Did bycatch of threatened, endangered, or protected species change?

Indicator: Bycatch

Short Answer: No. There have been no detectable changes in catches of threatened, endangered, or protected species of birds, fish, or marine mammals that can be attributed to the catch share program.

Key Findings

  • No changes have occurred in catches or interactions of threatened, endangered, or protected species with fishing gear that can be unambiguously associated with catch share implementation.
  • Because of the catch share program’s requirement that one hundred percent of catches be monitored at sea by third-party observers, reliable data on interactions with threatened, endangered, or protected species are now available.
  • Interactions and catches of threatened, endangered, or protected species are within safe biological limits, as determined by the National Marine Fisheries Service.
  • Catches of eulachon and green sturgeon have increased recently. Eulachon catches likely reflect increases in their abundance. Green sturgeon catches may reflect a shift in fishing effort towards areas where they are more common.

Interactive Chart Story


This indicator measures the number of marine mammals, seabirds, and sea turtles that are caught or killed per day by fishing vessels when third-party observers are on board to monitor interactions.


Bottom and midwater trawl gear captures, entangles, or kills several species of marine mammals, seabirds, and fish that are afforded special legal protection. As such, these species cannot be landed, and if the number of their interactions with fishing gear exceeds the number deemed to be within biologically safe limits by the National Marine Fisheries Service, the fishery may be forced to suspend operations. Consequently, the fishing industry has an incentive to avoid these interactions as much as practicable.

Because catch share programs eliminate the race to fish, they might enable fishermen to better avoid threatened, endangered, and protected species by adjusting the timing and locations of their fishing activity. Alternatively, shifts in the timing or location of fishing effort (Fishing Effort Indicator) after a catch share program is implemented may inadvertently increase overlap of fishing and species distributions, and might therefore increase encounters.

We analyzed data to determine whether estimated fleetwide bycatch of marine mammals (pinnipeds and cetaceans), seabirds, salmon (largely Chinook salmon), eulachon, and green sturgeon changed following the implementation of the catch share program in 2011.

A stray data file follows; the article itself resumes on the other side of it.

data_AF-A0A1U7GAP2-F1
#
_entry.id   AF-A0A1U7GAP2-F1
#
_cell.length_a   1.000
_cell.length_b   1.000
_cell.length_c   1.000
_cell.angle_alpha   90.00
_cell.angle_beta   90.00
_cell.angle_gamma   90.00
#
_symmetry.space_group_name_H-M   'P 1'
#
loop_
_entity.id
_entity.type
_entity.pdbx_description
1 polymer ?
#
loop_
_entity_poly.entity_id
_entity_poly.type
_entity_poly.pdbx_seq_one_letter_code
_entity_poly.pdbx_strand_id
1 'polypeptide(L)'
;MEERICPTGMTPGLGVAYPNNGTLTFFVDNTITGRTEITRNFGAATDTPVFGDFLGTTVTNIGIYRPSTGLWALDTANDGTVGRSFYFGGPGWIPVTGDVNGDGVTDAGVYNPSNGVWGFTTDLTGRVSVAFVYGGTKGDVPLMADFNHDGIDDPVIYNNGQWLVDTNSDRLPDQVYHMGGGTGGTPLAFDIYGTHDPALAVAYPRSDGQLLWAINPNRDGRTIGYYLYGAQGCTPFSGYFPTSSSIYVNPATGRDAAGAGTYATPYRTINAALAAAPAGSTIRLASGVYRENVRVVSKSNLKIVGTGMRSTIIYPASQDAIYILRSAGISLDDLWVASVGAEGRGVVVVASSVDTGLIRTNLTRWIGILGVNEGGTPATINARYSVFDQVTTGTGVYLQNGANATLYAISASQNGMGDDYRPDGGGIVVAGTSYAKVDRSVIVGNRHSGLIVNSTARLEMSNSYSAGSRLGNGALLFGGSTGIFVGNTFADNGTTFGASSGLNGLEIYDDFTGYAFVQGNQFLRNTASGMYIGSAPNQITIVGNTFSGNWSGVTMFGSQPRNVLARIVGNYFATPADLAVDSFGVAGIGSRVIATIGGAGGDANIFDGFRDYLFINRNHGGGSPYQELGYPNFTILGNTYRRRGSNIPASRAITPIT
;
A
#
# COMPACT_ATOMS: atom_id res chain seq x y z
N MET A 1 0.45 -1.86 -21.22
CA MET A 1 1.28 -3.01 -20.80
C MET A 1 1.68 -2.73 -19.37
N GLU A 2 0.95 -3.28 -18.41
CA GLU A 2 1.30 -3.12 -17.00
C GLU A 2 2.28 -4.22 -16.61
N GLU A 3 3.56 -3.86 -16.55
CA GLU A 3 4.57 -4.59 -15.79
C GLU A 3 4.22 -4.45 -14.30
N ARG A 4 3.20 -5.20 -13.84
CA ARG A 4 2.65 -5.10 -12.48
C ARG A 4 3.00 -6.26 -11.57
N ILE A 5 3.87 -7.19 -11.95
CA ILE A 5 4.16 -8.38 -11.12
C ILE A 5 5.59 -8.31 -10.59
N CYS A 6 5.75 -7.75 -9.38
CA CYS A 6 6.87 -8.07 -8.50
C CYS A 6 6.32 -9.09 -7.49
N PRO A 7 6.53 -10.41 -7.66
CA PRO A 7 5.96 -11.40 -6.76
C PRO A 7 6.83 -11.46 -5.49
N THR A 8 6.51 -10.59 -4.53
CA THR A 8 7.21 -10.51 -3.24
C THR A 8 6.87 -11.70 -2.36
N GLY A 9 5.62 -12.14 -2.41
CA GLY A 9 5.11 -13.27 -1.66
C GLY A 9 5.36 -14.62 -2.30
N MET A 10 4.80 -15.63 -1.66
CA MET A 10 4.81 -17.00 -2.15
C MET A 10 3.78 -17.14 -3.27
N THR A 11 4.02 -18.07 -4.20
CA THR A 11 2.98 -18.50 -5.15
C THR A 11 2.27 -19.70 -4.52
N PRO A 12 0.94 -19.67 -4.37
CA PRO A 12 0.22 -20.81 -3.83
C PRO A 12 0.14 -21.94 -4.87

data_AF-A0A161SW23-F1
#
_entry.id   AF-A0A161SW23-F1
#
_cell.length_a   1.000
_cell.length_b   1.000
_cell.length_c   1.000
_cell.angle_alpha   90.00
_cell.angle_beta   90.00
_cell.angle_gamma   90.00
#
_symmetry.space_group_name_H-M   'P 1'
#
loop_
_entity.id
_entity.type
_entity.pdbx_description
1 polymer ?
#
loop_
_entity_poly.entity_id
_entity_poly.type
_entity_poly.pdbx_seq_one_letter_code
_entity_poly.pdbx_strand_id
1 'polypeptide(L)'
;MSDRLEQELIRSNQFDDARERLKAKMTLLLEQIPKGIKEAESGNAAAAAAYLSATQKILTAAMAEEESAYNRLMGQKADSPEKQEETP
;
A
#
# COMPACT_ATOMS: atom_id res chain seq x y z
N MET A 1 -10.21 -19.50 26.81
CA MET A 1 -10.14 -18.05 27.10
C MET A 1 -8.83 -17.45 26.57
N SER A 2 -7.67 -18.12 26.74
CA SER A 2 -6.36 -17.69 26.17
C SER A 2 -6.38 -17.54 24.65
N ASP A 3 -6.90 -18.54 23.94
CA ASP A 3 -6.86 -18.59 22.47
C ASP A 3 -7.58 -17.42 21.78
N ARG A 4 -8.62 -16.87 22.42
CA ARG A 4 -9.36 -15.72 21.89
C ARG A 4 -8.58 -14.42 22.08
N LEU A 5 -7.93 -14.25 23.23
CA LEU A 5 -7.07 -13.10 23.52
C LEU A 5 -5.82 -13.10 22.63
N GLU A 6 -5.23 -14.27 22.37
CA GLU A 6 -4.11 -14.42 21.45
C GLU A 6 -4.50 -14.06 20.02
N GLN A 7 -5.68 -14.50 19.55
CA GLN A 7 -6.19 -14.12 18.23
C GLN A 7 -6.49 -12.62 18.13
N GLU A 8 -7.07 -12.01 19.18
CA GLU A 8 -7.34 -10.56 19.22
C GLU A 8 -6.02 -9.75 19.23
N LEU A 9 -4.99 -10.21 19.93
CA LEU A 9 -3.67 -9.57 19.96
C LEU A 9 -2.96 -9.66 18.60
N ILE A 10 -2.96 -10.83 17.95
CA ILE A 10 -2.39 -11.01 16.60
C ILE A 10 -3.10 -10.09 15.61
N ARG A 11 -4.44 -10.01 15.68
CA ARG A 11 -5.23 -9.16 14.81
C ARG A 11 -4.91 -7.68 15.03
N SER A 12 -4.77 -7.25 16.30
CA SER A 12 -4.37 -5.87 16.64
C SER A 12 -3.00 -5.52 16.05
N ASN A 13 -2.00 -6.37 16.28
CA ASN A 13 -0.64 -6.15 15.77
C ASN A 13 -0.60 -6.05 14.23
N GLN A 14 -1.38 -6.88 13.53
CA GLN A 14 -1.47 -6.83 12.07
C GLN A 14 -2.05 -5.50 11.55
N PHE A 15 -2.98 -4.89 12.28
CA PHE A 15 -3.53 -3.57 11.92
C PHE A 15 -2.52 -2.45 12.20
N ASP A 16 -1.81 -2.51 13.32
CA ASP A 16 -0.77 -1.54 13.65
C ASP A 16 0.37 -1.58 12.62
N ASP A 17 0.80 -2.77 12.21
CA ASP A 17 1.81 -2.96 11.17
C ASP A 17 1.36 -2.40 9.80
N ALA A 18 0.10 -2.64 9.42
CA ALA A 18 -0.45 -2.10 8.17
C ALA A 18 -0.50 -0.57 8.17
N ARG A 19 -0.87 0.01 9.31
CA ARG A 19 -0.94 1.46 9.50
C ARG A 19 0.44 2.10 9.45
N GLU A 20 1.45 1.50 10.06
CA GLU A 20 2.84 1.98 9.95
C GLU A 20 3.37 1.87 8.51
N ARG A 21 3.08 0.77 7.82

Across all of these groups, we found no evidence of a change in encounters with these species that was unambiguously associated with the 2011 catch share implementation. Pinniped interactions fluctuated without trend, showing a peak in 2009–2010 (largely due to an increase in Steller sea lion interactions) and then declining to average levels from 2011 onwards. Cetaceans and seabirds were rarely encountered throughout the baseline and catch share years (the latter particularly after 2006). Chinook salmon bycatch dropped from a high of more than 14,000 individuals annually in 2002 and 2003 to levels fluctuating between 50 and 400 individuals annually in the subsequent years.

Two protected fish species, green sturgeon and eulachon, were captured in increasing numbers in most of the later years of the study period. For eulachon, the increasing catch may reflect an increasing abundance of the species. The cause of the increase in green sturgeon catch is not as clear. Sturgeon populations do not increase as rapidly as do eulachon, so it is unlikely that population abundance was contributing to the large increase apparent from 2009 onward. Almost all green sturgeon bycatch was occurring in coastal areas offshore of Oregon, suggesting that the increase in green sturgeon catch was possibly linked to a shift in location of trawling effort with proportionally more effort occurring near the Columbia River and Astoria (Sommers et al. 2017). Because green sturgeon catches peaked well before the catch share program and then fluctuated without trend, the observed increase was unlikely due to the program. However, quota has moved out of California and concentrated in Washington and Oregon (Holland and Norman 2015), and this geographic shift in fishing effort might explain any future increases in interactions.